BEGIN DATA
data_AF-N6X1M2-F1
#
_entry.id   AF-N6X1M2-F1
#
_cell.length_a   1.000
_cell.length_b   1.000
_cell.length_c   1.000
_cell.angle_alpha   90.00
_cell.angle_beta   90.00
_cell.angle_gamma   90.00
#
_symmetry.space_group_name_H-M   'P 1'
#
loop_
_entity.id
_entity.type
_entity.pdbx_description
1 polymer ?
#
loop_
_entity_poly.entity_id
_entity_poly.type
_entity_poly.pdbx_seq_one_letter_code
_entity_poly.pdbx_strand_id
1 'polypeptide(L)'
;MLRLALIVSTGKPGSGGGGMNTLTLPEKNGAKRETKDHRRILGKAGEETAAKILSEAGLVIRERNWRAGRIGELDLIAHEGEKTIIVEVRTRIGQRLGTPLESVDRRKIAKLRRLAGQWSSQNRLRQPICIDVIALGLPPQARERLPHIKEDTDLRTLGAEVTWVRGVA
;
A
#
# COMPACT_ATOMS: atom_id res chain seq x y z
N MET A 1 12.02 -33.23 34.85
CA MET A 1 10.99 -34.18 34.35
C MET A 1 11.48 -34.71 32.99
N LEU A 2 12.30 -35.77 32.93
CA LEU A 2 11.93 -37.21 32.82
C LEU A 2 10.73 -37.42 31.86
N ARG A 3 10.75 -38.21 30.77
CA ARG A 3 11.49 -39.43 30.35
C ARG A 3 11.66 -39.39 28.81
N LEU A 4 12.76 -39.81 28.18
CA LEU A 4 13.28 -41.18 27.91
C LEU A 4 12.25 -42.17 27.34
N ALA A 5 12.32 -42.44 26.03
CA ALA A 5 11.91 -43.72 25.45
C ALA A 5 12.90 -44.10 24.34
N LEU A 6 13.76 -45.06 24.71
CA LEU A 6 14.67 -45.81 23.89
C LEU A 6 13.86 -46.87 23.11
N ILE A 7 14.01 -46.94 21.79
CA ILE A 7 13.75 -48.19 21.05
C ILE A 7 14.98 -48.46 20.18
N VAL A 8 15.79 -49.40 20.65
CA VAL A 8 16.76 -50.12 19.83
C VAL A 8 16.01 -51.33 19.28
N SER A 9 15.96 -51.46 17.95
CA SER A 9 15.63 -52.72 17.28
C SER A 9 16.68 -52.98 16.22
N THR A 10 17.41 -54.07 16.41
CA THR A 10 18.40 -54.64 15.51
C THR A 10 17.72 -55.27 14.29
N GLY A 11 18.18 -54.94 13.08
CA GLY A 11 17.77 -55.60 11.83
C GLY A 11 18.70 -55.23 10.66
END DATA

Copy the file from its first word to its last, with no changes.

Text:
data_AF-N6X1M2-F1
#
_entry.id   AF-N6X1M2-F1
#
_cell.length_a   1.000
_cell.length_b   1.000
_cell.length_c   1.000
_cell.angle_alpha   90.00
_cell.angle_beta   90.00
_cell.angle_gamma   90.00
#
_symmetry.space_group_name_H-M   'P 1'
#
loop_
_entity.id
_entity.type
_entity.pdbx_description
1 polymer ?
#
loop_
_entity_poly.entity_id
_entity_poly.type
_entity_poly.pdbx_seq_one_letter_code
_entity_poly.pdbx_strand_id
1 'polypeptide(L)'
;MLRLALIVSTGKPGSGGGGMNTLTLPEKNGAKRETKDHRRILGKAGEETAAKILSEAGLVIRERNWRAGRIGELDLIAHEGEKTIIVEVRTRIGQRLGTPLESVDRRKIAKLRRLAGQWSSQNRLRQPICIDVIALGLPPQARERLPHIKEDTDLRTLGAEVTWVRGVA
;
A
#
# COMPACT_ATOMS: atom_id res chain seq x y z
N MET A 1 12.02 -33.23 34.85
CA MET A 1 10.99 -34.18 34.35
C MET A 1 11.48 -34.71 32.99
N LEU A 2 12.30 -35.77 32.93
CA LEU A 2 11.93 -37.21 32.82
C LEU A 2 10.73 -37.42 31.86
N ARG A 3 10.75 -38.21 30.77
CA ARG A 3 11.49 -39.43 30.35
C ARG A 3 11.66 -39.39 28.81
N LEU A 4 12.76 -39.81 28.18
CA LEU A 4 13.28 -41.18 27.91
C LEU A 4 12.25 -42.17 27.34
N ALA A 5 12.32 -42.44 26.03
CA ALA A 5 11.91 -43.72 25.45
C ALA A 5 12.90 -44.10 24.34
N LEU A 6 13.76 -45.06 24.71
CA LEU A 6 14.67 -45.81 23.89
C LEU A 6 13.86 -46.87 23.11
N ILE A 7 14.01 -46.94 21.79
CA ILE A 7 13.75 -48.19 21.05
C ILE A 7 14.98 -48.46 20.18
N VAL A 8 15.79 -49.40 20.65
CA VAL A 8 16.76 -50.12 19.83
C VAL A 8 16.01 -51.33 19.28
N SER A 9 15.96 -51.46 17.95
CA SER A 9 15.63 -52.72 17.28
C SER A 9 16.68 -52.98 16.22
N THR A 10 17.41 -54.07 16.41
CA THR A 10 18.40 -54.64 15.51
C THR A 10 17.72 -55.27 14.29
N GLY A 11 18.18 -54.94 13.08
CA GLY A 11 17.77 -55.60 11.83
C GLY A 11 18.70 -55.23 10.66